|Today's Forecast: Clear, with a 40% chance of artillery fire.|
I walk outside and find the streets deserted. Everything has gone: the rats, the dirtied sheets, the plague clouds and leprous robed figures. The bandits have been exterminated. Every single district of the town has swept clean of any trace of the plague, save for the now-useless scarecrows which were once stationed at the entrance to each zone. I've received panicked requests from both the Haruspicus and the Devotress: their adherents are sick, and I'm the only one with enough panaceas to cure them.
I'm sick of hearing everyone else's drivel about how the Polyhedron is unnatural. It's a tool. We have been making tools since we crept down from the trees: we made fire, cut stone, burrowed holes. These things are not "natural"--but it doesn't make them intrinsically evil. It's how they are used that determines that. The question all along has been this: what is the Polyhedron's use?
|Despite the ominous colour scheme, I insist this thing is as harmless as a kitchen knife.|
If the knife were in the hands of little kid.
I am more inclined to believe the latter. The Sand Plague has struck before. It has been here from the beginning. If the architect had any knowledge of this, he might have chosen a better place to make the puncture. Is the Sand Plague a judgment? A fizzing antibody? It's pure science--a manageable result of a routine operation. We might find a harmless plot of land near the capitol, conduct some research, do some digging, and plug in a dozen more Polyhedrons with no repercussions. All this was nothing more than an experiment. We could do it better next time.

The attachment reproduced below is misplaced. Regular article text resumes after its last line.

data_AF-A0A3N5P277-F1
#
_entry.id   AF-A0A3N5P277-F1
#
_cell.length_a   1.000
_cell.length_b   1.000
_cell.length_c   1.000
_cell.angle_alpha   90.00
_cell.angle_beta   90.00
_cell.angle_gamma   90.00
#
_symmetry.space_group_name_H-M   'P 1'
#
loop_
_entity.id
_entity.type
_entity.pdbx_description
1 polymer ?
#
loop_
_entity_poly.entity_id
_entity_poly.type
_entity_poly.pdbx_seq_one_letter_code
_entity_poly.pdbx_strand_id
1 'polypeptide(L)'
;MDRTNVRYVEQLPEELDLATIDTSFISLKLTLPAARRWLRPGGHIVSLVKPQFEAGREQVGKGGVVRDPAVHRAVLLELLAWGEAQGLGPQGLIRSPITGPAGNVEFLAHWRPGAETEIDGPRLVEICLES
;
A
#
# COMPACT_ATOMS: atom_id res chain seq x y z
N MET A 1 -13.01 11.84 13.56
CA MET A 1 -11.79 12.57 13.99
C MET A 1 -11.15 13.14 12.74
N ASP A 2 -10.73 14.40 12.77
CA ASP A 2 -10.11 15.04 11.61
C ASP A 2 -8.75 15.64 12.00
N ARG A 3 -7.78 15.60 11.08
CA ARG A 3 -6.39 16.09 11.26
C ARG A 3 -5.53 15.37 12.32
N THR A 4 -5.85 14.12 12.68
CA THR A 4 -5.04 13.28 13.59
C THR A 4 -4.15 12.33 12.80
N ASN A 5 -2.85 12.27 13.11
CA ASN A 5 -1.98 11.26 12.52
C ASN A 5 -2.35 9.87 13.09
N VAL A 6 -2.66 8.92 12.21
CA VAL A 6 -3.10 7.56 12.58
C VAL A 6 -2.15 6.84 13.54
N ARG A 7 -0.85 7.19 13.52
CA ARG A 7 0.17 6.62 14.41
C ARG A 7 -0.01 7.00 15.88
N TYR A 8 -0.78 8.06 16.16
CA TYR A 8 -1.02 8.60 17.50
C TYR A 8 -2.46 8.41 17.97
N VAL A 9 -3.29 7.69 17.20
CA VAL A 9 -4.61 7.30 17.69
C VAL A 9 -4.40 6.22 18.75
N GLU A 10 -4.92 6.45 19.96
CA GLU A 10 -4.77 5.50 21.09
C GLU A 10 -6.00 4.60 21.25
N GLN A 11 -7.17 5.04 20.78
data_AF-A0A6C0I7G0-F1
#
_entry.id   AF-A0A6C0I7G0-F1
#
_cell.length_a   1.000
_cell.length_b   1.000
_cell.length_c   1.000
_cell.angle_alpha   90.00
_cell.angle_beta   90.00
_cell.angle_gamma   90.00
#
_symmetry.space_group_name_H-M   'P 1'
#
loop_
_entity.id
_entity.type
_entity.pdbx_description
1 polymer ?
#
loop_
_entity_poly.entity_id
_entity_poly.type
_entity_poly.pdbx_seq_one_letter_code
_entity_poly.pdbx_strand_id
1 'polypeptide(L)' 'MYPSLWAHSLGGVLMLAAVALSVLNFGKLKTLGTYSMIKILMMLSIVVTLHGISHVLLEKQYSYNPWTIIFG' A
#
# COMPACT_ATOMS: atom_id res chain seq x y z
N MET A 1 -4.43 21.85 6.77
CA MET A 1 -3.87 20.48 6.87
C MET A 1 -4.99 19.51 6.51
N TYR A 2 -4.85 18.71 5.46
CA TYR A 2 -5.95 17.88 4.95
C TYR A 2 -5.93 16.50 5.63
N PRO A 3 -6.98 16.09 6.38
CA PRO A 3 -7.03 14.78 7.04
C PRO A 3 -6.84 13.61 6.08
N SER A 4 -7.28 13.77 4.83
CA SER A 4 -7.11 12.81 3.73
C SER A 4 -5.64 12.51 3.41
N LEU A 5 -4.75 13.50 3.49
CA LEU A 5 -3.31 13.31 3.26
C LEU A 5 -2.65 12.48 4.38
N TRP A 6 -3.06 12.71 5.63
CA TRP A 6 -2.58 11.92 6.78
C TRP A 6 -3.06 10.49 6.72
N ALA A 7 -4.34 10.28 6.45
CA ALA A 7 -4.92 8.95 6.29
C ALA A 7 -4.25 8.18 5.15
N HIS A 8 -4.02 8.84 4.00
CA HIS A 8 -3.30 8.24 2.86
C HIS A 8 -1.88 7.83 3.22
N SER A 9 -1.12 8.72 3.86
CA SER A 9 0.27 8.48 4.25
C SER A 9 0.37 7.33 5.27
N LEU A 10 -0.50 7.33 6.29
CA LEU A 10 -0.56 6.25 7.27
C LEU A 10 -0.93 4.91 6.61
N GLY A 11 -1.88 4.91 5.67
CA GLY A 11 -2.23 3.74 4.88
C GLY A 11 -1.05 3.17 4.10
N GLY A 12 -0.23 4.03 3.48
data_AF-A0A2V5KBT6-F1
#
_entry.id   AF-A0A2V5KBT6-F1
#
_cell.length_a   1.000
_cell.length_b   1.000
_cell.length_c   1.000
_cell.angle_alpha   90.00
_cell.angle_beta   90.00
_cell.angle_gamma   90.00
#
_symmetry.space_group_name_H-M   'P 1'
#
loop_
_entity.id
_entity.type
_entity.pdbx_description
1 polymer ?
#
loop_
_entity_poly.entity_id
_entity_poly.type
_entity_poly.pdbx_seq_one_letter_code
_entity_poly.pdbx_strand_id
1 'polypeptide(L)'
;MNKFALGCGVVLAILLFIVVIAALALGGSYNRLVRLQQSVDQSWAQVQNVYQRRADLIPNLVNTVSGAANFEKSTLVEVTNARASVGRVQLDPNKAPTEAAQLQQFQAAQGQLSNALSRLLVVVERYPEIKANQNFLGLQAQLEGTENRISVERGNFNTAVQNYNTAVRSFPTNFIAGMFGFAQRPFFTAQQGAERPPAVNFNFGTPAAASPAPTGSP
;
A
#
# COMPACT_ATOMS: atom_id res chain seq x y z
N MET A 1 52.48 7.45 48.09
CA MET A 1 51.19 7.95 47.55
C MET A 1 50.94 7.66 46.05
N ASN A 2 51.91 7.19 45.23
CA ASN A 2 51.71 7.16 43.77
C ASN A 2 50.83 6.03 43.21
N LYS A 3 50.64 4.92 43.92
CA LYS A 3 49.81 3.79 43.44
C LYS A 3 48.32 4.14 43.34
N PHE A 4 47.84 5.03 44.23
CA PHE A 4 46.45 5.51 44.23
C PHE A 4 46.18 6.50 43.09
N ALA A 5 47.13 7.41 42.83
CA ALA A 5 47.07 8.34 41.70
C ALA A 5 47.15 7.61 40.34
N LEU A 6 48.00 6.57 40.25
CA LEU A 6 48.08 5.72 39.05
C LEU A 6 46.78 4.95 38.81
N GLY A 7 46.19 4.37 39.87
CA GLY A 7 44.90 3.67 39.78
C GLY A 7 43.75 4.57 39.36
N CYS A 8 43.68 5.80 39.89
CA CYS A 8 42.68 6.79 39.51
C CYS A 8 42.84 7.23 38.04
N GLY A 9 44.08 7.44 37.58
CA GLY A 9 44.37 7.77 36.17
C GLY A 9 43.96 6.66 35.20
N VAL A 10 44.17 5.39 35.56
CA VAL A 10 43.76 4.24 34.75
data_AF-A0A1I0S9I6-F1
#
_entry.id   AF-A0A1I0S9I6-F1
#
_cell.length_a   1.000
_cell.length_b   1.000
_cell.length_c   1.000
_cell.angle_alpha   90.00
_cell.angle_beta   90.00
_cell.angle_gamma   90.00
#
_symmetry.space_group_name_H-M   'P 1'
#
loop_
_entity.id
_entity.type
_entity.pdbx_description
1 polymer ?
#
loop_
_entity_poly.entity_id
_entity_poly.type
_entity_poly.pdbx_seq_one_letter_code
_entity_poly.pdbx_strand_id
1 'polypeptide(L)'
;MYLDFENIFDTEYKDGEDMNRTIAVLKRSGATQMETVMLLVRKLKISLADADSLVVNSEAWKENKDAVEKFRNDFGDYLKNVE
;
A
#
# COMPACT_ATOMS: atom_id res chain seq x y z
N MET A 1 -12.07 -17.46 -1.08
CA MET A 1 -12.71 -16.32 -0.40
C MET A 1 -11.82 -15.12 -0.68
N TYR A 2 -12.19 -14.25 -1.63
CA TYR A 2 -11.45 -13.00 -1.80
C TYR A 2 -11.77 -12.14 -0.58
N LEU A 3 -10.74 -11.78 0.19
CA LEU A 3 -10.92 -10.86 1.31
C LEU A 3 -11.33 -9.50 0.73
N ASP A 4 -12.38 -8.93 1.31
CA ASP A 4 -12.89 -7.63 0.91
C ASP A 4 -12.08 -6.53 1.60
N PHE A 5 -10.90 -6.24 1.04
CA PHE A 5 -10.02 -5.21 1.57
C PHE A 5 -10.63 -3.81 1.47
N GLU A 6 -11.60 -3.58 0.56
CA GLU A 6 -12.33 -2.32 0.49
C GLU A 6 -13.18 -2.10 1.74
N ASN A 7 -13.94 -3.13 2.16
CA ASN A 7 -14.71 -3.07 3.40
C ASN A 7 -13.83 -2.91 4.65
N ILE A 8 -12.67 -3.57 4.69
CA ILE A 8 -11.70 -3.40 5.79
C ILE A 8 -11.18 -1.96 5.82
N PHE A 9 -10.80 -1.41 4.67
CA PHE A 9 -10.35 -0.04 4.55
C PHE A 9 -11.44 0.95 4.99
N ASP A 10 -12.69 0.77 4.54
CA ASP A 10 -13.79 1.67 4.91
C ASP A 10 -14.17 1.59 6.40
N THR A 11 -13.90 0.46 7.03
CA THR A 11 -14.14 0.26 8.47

The Polyhedron is not evil. But after my chilling conversation with Maria yesterday, I am conflicted. It comes to this: The Polyhedron or the Town. Destroy the Town and a legion of Kains will build their own version of "paradise" no different from the current madhouse on the other side of the river. Destroy the Polyedron and the residents of this god-forsaken little hamlet will go on with their pagan practices: the children will grow into quibbling men and women. They will abuse the earth, pour poisoned blood and tar into the ground, and go on killing and expiring and expending.
In the end, nothing will truly change. So what does my decision matter?
|This sculpture at the Kains' makes much more sense in light of Kevin's map.|
However, at the apex of the Polyhedron, the door has opened again. I step inside, into the inner sanctum, and trace my way down the steps, deeper and deeper, to the very base. After a brief head-swimming blackout, I am greeted with this strange scene:
It's two kids in a garden standing behind a sandbox in which they have crudely modeled their own version of the Town and the Polyhedron. I've gone on and on about finding a "true adversary". And in the end, I don't believe it was ever the plague. Here, at the base of the Polyhedron, I may have found my adversary.